Amanda
May 14, 2008 Amanda rated it 5 of 5 stars  ·  review of another edition
Recommends it for: Brandi Denson
Shelves: bookswap
I purchased this book when I was an adolescent just like the brave girls that share their story in its pages. This book is filled with poetry & short stories written by teenage girls struggling through problems many face: body image, eating disorders, academic pressure, friendship, depression, abuse, bad relationships, drugs, alcohol, poverty, spirituality/religion and more. Any woman or girl should be able to find at least two stories in this book that she'll hold close to her heart forever...more
Amber Digges
My older brother bought me this book for Xmas when I was about 14. I read it 2 or 3 times by 17. I loved it. it helped me so much to know other girls had gone through some things I was dealing with. I recommend this for any adolescent girl.
Ashley
Oct 27, 2007 Ashley rated it 5 of 5 stars  ·  review of another edition
Recommends it for: Parents, Teachers, Young Women, Psychologists, School Counselors
This book was a wonderfull book. It is a compilations of true stories that relate to differents subjects such as body image, eating disorders, suicide, self mutilation, relationships, etc. Basically everything a young woman goes through. This is definitely a book every parent, educator, psychologist, school couselor, etc needs to read to really understand what todays generation of young women go through, their true thoughts on issues, and the perspective on issues.
Samantha
Completely honest and to the point, Ophelia Speaks offers a look into the lives of teenage girls from all over the United States. These are direct letters from real girls, so some of the writing is clumsy, but it only adds to the charm of the book. I think this is an important book for not only girls to read- but parents also, as it offers unique and direct insight into real situations that show up in our day to day lives.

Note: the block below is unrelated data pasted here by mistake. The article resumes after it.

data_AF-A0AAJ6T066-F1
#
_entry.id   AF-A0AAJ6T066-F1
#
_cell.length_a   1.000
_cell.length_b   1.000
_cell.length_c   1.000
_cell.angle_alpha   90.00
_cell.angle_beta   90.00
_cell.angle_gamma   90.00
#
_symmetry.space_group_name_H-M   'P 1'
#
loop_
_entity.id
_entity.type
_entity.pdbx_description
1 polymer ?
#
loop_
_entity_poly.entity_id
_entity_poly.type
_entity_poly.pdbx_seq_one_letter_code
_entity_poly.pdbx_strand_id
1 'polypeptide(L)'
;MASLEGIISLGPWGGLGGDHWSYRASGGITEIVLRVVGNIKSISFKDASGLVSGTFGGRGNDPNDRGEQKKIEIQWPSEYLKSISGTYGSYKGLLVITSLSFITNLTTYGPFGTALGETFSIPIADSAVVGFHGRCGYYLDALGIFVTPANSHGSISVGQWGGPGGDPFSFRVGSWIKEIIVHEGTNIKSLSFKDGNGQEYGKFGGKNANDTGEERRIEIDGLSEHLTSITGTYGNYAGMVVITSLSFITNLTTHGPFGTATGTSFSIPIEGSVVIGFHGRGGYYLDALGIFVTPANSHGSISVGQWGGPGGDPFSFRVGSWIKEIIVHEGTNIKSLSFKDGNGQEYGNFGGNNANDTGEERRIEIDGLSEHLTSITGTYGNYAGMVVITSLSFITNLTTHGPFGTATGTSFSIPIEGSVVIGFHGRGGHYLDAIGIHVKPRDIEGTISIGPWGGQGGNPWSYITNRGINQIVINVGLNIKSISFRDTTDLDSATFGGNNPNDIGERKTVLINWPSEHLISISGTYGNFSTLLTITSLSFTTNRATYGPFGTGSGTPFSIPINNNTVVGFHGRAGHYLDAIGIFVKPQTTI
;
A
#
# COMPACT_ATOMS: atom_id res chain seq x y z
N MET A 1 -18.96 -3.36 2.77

Nenia Campbell
I tried reading this and I just couldn't finish it. I gave up at the chapter on sexuality. It was just too depressing. I could feel my mood spiraling into a black abyss as the pages turned.

Honestly, I don't see how this book is a 'feminist' book. Sure, it's about girls; but then again, so is Playboy magazine. NONE of the themes seemed to embody empowerment (unless they saved that for the very end - at which point, I'm not sure it would have done much good, anyway). In fact, everyone in the book...more
Kerry
Sep 10, 2007 Kerry rated it 4 of 5 stars  ·  review of another edition
Recommends it for: Anyone mom with a daughter
Shelves: non-fiction
This book was a follow-up to the book "Reviving Ophelia." It is told from the point of view of teenagers who are dealing with the influences, abuse, stereotypes, etc. that every girls faces at some point on her life. Ror those mom's (and dad's) who want to really connect with their daughters and be able to talk to them like you might just have some insight that they could relate to this book is a must!
Kate Gorman
I read this when I was like 18, after I read Reviving Opehelia. It is a great look into the mind of a teenage girl. If you think being a teenager was tough , try being a teenage girl. Ophelia Speaks looks at every aspect of being a teenage girl and allows realistic views of what that would be (whether tough or easy) . Hard and honest.. Ophelia Speaks is great insight into the teenage psyche.
Janine
I read this book when I was 16 and would recommend that any young woman around that age pick it up. At 26, I still pick it up every now and then and read a few of the stories. The stories Sara Shandler collected are refreshing and are the type of stories many young women can relate to. Although there are dozens of books about the adolescent female experience, this one has the most honest voice.
Andrea
I gave this book to my sister after learning that she was cutting herself and belonged to a therapy group at school for teens that felt like outcasts and were lonely. I too read this book and thought back to my adolescences and of the spirit of many of my friends that could have been saved had a book like this been around so that we could no longer feel alone in our struggles.
Monica
It's like chicken soup for the girl's soul, but so much better.
Mackenzie
Torn and tattered from my teen years. Always a special place in my heart.
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Sara Shandler is currently a student at Wesleyan University in Middletown, Connecticut. A former president of the Connecticut Valley Region of B'nai B'rith Youth Organization, she has led, represented, and influenced large numbers of adolescent girls. She is a native of Amherst, Massachusetts.
More about Sara Shandler...